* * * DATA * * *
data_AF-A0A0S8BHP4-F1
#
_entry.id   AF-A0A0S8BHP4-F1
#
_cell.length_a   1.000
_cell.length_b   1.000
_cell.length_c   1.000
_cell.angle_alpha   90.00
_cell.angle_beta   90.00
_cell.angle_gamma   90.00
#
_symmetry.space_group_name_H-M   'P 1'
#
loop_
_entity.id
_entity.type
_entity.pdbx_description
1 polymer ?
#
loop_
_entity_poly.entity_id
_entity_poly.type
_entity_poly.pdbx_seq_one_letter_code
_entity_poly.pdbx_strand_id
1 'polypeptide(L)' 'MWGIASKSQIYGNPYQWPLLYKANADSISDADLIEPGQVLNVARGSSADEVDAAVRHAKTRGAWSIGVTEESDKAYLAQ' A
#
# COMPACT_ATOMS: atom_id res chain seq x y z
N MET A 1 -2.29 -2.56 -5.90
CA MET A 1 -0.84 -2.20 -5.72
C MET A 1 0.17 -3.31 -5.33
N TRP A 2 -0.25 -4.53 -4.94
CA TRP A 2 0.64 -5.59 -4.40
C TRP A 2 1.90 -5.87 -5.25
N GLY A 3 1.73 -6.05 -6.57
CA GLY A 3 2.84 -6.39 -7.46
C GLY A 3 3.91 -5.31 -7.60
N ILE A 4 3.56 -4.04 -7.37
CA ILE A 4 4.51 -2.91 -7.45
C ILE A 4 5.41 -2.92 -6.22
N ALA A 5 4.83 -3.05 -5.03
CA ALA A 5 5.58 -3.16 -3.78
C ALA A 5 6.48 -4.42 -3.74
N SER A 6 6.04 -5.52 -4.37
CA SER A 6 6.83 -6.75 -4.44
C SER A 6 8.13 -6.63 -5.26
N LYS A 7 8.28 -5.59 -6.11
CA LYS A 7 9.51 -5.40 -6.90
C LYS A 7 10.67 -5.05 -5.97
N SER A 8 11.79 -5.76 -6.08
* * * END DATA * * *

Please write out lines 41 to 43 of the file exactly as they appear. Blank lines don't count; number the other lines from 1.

CA ALA A 5 5.58 -3.16 -3.78
C ALA A 5 6.48 -4.42 -3.74
N SER A 6 6.04 -5.52 -4.37